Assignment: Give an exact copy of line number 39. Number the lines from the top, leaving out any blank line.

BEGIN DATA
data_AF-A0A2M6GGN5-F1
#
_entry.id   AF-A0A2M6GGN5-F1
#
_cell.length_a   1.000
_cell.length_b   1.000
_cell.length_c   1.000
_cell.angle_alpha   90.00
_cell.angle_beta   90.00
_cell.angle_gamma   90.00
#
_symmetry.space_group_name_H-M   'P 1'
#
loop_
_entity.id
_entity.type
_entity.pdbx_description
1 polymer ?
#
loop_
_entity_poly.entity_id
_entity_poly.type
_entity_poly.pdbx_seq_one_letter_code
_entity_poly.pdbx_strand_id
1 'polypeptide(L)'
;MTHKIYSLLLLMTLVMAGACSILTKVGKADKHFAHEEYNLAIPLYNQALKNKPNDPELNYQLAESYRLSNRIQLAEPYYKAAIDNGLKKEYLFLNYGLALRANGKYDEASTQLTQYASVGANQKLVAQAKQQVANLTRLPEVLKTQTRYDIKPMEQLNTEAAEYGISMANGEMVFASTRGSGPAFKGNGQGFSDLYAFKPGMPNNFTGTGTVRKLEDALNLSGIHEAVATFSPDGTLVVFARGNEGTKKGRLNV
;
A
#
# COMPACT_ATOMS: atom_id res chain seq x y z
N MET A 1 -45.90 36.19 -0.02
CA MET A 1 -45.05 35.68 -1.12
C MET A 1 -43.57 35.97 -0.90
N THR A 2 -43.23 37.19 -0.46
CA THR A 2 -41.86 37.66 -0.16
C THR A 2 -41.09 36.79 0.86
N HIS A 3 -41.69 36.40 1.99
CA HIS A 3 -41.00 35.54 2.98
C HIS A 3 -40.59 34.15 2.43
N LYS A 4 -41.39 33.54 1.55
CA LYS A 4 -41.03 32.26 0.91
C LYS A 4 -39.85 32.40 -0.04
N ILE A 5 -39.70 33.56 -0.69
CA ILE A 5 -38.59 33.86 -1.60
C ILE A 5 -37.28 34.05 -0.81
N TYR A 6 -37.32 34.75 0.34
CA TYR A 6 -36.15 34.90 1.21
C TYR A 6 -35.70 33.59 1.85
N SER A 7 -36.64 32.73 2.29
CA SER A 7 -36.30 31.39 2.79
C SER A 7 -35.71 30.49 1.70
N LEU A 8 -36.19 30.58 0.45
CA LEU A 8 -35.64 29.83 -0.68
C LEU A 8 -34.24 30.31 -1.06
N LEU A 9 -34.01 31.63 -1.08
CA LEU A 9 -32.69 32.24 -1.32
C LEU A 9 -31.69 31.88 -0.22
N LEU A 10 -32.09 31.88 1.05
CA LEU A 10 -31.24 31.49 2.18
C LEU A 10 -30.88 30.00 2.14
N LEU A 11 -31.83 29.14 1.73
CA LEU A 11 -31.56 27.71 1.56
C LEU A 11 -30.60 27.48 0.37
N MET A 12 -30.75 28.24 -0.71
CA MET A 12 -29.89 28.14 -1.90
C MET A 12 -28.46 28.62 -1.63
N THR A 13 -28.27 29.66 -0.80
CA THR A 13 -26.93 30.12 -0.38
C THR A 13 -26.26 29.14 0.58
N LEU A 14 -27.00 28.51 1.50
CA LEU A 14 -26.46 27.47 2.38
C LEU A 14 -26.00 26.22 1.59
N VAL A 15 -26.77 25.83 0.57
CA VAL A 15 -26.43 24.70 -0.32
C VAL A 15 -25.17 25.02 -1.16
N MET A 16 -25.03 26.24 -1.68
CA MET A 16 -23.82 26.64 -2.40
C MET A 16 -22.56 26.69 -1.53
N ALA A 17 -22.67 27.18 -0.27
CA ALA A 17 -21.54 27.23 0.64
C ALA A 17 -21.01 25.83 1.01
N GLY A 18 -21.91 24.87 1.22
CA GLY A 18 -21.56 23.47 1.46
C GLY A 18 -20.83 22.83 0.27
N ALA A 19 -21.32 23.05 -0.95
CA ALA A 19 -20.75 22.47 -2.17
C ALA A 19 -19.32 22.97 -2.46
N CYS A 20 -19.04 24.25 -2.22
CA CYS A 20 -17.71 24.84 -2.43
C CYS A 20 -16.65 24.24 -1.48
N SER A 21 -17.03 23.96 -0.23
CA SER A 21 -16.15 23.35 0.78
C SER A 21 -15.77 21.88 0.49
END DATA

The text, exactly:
C HIS A 3 -40.59 34.15 2.43